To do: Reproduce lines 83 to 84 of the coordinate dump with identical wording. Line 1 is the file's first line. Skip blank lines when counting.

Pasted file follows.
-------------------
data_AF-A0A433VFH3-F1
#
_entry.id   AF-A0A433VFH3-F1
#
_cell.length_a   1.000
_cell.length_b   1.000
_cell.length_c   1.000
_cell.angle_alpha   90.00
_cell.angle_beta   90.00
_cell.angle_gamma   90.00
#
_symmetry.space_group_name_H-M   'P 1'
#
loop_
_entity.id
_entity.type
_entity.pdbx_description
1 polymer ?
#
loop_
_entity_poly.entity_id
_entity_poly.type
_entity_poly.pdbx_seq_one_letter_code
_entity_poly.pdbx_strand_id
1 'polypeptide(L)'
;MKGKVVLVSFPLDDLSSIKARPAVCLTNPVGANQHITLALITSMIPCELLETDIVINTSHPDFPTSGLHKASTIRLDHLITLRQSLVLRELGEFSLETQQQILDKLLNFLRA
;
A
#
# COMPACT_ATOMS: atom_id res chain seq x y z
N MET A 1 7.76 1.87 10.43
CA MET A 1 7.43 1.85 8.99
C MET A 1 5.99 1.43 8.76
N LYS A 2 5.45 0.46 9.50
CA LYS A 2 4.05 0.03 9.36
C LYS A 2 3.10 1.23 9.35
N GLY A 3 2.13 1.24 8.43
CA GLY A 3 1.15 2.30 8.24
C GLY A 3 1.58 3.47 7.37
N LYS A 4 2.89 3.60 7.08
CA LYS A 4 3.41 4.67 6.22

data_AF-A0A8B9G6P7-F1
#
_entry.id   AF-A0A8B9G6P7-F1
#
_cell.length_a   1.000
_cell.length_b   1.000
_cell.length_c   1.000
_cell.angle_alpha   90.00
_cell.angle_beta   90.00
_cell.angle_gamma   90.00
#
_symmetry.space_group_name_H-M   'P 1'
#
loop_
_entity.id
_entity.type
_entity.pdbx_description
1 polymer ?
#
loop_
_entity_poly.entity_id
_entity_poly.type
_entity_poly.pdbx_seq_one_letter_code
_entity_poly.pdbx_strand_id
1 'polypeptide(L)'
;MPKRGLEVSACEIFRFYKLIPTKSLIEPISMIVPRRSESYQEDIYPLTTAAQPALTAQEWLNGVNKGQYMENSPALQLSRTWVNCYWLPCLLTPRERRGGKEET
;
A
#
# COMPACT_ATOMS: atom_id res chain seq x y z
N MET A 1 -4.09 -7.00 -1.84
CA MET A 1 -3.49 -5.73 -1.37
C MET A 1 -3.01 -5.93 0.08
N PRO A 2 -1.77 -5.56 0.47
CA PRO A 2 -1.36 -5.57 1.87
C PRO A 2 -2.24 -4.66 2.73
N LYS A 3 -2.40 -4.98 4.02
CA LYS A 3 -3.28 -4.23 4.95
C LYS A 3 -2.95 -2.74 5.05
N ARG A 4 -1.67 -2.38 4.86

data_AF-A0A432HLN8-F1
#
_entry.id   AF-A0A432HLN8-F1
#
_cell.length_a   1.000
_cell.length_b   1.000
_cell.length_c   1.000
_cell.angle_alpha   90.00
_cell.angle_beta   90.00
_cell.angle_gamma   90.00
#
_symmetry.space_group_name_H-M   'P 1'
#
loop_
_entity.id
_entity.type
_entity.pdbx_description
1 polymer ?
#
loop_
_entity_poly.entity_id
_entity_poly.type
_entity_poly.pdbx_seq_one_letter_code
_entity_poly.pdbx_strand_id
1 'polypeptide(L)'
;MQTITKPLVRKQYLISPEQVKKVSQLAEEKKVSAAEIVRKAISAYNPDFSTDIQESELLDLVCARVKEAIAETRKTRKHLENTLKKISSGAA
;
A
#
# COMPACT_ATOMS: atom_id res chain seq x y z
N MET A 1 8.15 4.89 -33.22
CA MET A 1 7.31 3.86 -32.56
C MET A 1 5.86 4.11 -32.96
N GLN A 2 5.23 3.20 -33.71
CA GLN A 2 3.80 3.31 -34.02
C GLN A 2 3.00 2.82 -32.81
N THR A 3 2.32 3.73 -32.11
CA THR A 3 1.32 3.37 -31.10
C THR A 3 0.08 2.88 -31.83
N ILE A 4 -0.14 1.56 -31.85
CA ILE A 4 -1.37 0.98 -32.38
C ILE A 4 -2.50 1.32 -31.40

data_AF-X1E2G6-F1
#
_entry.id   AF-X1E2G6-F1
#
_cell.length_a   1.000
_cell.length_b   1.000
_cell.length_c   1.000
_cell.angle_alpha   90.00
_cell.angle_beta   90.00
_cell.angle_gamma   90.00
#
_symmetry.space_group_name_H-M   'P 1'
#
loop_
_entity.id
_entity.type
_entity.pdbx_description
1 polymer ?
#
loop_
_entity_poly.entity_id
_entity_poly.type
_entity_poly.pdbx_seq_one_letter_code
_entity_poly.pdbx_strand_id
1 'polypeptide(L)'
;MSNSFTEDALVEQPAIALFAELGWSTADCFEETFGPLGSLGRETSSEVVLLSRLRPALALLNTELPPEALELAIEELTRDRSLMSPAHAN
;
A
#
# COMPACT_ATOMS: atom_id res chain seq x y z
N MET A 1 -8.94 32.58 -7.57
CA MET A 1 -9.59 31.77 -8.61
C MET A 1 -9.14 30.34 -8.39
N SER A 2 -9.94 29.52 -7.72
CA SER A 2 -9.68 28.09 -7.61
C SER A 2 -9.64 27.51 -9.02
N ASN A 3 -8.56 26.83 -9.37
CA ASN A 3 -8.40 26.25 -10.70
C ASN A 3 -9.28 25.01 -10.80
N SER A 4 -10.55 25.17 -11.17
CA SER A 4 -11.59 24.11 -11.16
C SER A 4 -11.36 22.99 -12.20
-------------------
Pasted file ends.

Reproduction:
#
_entry.id   AF-A0A432HLN8-F1